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Development of International Accounting Rules for Cryptoassets Stifled by Lack of Stability, Readiness

Thomson Reuters Tax & Accounting  

· 5 minute read

Thomson Reuters Tax & Accounting  

· 5 minute read

By Denise Lugo

The IASB said there is insufficient use, stability and regulation of cryptoassets worldwide and therefore the board will not pursue standard-setting work on the topic unless the marketplace changes.

IASB Chairman Hans Hoogervorst suggested staff accountants keep an eye on Facebook’s Libra, the “stablecoin” it proposed in June 2019, stating if it merged successfully on the global stage the board would need to have a standard-setting answer in place.

“If Libra gets off the ground it would be big, most likely and there’ll have to be – it will be approved by regulators, so it moves out of the more shady areas and then we would have to have an answer I think,” Hoogervorst said during November 20, 2019, board discussions. “It remains to be seen whether it can get off the ground,” he said.

Stablecoins are cryptocurrency-like cryptoassets Facebook says will be backed by cash deposits in a basket of major world currencies and will be recorded on a permissioned database maintained, at least initially, by members of the Libra Association.

Libra has attracted criticism from government ministers and central banks around the world. Concerns raised surround how the Libra Association will ensure compliance with anti-money laundering regulation, provide consumer protection, and protect users’ privacy, according to an IASB staff summary. Other risks raised by some government ministers include systemic financial risks, risks for sovereignty, and the potential for abuse of market dominance.

The board’s interpretations committee suggested stablecoins would apply rules for cash under International Accounting Standard (IAS) 7, Statement of Cash Flows, according to the discussions. Staff accountant told the IASB the board would have to study whether the rules had sufficient guidance regarding cash if Libra becomes more prevalent.

Market Unstable, Unregulated, and Prone to Abuse

IASB members said the cryptoasset topic should continue to be monitored, and periodically staff should continue to bring updates on the matter. In general, staff research identified more IFRS entities with cryptoassets than when the board discussed it a year ago, but the situation had not changed sufficiently for the board to take on a project, board members said.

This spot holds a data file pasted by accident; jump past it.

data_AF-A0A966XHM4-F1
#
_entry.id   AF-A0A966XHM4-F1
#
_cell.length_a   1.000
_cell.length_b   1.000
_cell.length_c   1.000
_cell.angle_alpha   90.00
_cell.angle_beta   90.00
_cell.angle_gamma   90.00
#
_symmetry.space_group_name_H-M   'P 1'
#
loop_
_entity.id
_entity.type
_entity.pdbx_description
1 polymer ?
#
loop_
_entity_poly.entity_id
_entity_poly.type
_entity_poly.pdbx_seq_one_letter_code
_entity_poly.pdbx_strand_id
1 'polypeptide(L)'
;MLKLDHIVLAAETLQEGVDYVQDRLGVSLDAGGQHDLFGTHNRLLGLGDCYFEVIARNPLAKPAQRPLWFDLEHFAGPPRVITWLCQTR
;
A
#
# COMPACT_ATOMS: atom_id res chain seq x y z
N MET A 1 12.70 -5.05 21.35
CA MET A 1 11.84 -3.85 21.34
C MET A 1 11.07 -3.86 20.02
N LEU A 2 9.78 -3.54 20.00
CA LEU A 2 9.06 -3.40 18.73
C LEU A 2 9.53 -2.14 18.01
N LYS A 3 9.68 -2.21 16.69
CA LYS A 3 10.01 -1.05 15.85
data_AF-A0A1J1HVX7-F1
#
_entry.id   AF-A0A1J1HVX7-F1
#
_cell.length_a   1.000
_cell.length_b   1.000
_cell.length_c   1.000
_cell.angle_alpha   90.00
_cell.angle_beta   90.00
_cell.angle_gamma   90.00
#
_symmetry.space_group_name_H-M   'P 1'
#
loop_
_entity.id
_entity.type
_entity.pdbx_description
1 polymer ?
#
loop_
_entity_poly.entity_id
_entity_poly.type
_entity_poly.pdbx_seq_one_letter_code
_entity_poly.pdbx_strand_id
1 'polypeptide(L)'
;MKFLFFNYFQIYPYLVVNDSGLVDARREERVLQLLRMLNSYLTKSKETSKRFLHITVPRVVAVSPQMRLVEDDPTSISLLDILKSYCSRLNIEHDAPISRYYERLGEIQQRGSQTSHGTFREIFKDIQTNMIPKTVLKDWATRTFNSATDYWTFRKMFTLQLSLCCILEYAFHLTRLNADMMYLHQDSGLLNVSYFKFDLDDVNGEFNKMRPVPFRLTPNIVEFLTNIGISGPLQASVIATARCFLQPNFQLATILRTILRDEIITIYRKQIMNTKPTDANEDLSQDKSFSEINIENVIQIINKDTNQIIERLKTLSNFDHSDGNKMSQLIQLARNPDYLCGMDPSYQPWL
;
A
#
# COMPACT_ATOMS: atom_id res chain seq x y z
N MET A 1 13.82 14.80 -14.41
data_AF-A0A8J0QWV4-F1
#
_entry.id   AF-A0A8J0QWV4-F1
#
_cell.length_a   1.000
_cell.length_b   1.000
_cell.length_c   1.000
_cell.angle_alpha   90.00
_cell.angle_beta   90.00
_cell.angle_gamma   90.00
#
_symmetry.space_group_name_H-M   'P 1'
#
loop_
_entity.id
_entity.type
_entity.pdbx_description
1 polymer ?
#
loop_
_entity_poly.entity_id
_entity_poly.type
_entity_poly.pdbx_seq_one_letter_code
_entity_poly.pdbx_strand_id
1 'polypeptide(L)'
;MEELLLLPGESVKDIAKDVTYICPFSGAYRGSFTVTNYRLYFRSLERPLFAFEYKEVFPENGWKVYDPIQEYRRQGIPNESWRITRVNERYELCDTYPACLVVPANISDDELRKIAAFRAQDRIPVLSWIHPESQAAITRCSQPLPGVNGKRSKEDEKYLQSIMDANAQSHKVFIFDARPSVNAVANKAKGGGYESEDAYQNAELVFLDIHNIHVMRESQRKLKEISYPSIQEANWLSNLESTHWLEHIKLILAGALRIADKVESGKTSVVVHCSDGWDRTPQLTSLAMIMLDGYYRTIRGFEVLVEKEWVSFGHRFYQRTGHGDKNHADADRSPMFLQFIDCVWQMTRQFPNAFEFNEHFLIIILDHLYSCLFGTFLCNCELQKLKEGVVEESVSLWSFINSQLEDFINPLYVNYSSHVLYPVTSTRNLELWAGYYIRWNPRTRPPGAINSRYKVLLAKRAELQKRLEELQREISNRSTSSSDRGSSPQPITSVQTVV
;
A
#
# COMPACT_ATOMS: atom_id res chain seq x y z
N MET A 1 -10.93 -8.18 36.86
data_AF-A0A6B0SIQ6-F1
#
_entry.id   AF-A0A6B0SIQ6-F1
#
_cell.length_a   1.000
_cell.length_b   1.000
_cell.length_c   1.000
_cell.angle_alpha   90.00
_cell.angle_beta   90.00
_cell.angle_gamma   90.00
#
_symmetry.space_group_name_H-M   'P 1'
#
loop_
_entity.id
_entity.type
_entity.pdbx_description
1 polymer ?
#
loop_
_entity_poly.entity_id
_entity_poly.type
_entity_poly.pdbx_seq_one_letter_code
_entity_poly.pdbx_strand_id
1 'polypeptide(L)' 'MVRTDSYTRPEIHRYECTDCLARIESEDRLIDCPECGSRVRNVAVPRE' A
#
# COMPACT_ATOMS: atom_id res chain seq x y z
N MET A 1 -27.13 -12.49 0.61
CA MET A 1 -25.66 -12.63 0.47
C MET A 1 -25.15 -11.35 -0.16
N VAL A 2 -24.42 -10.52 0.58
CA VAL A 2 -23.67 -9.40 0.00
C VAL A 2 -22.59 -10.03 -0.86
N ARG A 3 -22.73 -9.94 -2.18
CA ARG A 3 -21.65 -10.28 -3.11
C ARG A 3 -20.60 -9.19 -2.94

“I didn’t feel that the landscape had changed and in fact a lot of the material you presented in the paper would reaffirm our decision to just continue watching,” IASB member Ann Tarca said.

“You’ve given us some research evidence that indicates that these markets are unstable, unregulated, evidence of—it looks like market abuse—and consequently legal action around that market abuse. So there doesn’t seem to be any evidence to suggest we should change our monitoring position,” she said.

IASB staff identified instances of securities regulators taking legal action against entities that have issued cryptoassets but failed to register those cryptoassets as securities. In the U.S., the SEC issued complaints against Kik Interactive in June 2019, for example, and Telegram Group and its wholly-owned subsidiary TON Issuer in October 2019.

The IASB has been holding its “wait and see” posture for over a year.

In November 2018, the IASB decided not to add to its work plan a project on holdings and using of cryptoassets. Instead, the Board decided to monitor developments and asked the IFRS Interpretations Committee to consider publishing an agenda decision that would explain how entities apply existing IFRS standards to holdings of cryptocurrencies.

The Committee published an agenda decision on holdings of cryptocurrencies in June 2019. The agenda decision explains that an entity accounts for its holdings of cryptocurrencies as inventory if it holds the cryptocurrencies for sale in the ordinary course of business. If the entity holds cryptocurrencies for another reason, it would account for its holdings as an intangible asset applying International Accounting Standard (IAS) 38, Intangible Assets.


This article originally appeared in the December 2, 2019 edition of Accounting & Compliance Alert, available on Checkpoint.

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